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The :Nota Bene 2006 wine release party was a fine event. This is third year we’ve gone, and this small winery located in a light industrial area of south Seattle continues to go from strength to strength. The grapes are sourced from eastern Washington, from the Columbia Valley, Yakima Valley, and Red Mountain appellations. We first became aware of them when co-owner Carol Bryant asked Greg to come to the party in 2007 to sign a book for her husband, co-owner Tim Narby, who is a big fan. She gave us some wine, we bought more, and have been coming back ever since.
Tim just happened to have a copy of City at the End of Time on hand, so got that signed this year, and we sipped our way through the new releases and chose a case to take home. They have a great Futures Club, where pre-ordering a case at the end of the year gets you a very nice discount on wine that you can taste, choose, and collect in March.
Everyone had a lovely time, even if not everyone had wine.
I’ve finished the knitting portion of the Danish Tie Shawl I started in January with the yarn I won at the St. Distaff’s Day Spin-In. Now I’m working on the edging, a charming series of interlocking crochet loops.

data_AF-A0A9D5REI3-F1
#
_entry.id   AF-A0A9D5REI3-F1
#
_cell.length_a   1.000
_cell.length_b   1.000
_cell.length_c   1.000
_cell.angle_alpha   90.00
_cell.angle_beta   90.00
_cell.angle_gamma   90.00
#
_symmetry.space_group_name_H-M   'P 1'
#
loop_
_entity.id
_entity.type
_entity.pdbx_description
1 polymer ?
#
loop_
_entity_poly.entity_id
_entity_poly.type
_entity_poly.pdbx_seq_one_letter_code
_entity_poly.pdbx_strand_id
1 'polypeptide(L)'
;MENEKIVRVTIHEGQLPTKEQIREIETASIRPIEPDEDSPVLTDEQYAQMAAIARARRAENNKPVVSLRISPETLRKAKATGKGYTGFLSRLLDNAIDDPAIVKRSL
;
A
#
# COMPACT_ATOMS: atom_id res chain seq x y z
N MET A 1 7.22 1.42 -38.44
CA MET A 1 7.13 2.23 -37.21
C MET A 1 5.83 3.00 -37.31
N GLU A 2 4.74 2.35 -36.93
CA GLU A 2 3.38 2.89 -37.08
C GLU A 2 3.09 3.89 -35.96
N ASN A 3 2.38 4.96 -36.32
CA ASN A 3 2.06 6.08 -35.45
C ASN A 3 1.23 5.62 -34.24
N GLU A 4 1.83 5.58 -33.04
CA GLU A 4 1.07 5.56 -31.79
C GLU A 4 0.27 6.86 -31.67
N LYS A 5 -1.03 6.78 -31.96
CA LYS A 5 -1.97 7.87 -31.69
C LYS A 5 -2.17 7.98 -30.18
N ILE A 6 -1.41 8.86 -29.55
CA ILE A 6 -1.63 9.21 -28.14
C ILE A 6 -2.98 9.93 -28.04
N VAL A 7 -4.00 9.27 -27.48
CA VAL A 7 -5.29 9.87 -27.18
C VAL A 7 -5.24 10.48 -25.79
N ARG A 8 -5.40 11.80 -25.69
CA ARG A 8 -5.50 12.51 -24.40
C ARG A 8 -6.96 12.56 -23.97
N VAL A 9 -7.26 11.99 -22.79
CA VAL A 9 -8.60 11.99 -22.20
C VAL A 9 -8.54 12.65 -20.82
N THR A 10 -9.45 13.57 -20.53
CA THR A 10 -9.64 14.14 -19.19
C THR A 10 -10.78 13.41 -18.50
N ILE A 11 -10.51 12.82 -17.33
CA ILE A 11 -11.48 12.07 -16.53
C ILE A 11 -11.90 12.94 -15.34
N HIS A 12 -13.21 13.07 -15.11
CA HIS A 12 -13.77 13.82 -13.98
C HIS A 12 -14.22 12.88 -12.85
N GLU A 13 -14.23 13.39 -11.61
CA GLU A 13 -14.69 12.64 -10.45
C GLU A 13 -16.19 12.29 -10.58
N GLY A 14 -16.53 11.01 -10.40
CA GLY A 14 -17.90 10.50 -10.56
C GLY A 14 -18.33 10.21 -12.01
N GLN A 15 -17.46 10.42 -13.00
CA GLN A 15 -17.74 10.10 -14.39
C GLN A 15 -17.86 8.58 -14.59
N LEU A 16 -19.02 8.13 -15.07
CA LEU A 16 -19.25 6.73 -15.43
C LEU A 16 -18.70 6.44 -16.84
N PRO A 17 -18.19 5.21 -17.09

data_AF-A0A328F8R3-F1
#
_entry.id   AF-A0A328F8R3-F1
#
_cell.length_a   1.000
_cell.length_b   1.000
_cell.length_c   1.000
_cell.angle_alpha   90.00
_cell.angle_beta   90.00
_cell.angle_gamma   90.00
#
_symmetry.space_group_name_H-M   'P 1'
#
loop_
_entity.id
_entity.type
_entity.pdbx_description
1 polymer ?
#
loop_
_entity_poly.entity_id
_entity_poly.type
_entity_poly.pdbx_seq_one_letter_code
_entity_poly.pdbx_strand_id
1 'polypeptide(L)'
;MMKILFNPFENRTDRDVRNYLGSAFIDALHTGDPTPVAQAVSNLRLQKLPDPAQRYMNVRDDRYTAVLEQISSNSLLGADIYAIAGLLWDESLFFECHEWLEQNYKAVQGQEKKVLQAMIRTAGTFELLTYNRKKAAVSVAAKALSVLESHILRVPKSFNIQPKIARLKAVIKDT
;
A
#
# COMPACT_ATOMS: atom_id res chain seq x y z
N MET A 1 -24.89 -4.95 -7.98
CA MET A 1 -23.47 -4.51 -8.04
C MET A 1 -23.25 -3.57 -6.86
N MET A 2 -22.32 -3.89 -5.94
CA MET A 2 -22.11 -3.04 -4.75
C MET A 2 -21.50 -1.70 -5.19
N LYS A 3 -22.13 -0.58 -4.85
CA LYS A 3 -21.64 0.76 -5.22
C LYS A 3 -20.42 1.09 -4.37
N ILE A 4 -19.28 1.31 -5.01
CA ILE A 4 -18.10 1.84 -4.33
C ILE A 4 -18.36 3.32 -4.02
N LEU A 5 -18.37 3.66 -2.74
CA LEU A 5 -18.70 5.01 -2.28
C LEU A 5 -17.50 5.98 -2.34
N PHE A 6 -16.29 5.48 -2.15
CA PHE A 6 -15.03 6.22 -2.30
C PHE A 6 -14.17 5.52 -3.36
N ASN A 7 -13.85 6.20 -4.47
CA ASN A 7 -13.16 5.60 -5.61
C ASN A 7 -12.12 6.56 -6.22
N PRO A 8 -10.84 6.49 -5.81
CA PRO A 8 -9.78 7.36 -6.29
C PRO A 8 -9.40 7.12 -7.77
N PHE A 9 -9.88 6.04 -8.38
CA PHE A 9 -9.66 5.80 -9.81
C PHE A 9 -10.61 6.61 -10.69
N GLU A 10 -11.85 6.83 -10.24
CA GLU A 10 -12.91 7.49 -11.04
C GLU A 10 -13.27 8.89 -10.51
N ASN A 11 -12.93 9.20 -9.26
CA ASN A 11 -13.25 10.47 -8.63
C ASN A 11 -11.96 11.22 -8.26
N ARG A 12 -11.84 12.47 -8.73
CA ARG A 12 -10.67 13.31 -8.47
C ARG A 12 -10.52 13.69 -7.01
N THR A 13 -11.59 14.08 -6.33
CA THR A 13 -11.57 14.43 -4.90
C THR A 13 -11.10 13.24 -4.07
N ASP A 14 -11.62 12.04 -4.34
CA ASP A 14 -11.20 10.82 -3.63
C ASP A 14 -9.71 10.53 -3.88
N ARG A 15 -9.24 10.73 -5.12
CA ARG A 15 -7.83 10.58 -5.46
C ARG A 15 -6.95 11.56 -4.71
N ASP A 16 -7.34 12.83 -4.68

They are surprising fussy to do, but I’m getting the hang of it. You have to keep dropping a chain to pick up and attach the previous one, so it’s rather slow going. I just hope there’s enough of the light grey yarn. I’m only planning on edging the two lower sides.
Off to browse and sluice at the annual Nota Bene vintage release party — this time it’s 2006.
People! This is not normal April weather for the Puget Sound area. Granted, we live in the convergence zone, but this is ridiculous.
Fer real. The previous latest snow that’s happened since we’ve been here was April 4, and this is much heavier. In fact, today, we’ve had a little bit of everything — rain, hail, small snow, big fat fluffy snow, and even a tiny bit of sunshine. Weird.
In other news, last night I made a really nice dish of fresh pasta, served with a fat roast chicken, salad, and a very tasty Italian Rose.
Pardon the messy bowl, I took the picture after dinner. I made the pasta myself, and it was extraordinarily toothsome. The recipe was from Alice Water’s remarkable cookbook The Art of Simple Food, a book I cannot recommend too highly. I gave it to ‘most everyone for Christmas last year and cook from it often. It is a distillation of her years of being a restauranteur in the French and also West Coast modes, and her passion for local, fresh food, all put together in a well written and usable text.
The pasta called for extra egg yolks, and perhaps that is the secret. Two cups of flour, 2 whole eggs and 2 additional egg yolks. Mix into a rough dough, adding a tiny bit of water if necessary, which I had to do. Wrap in plastic and let sit for an hour. This is one of those statements in life that when you hear, you must believe it. So I say again, if the instructions for any flour-containing recipe say, “Let sit for an hour, “believe it.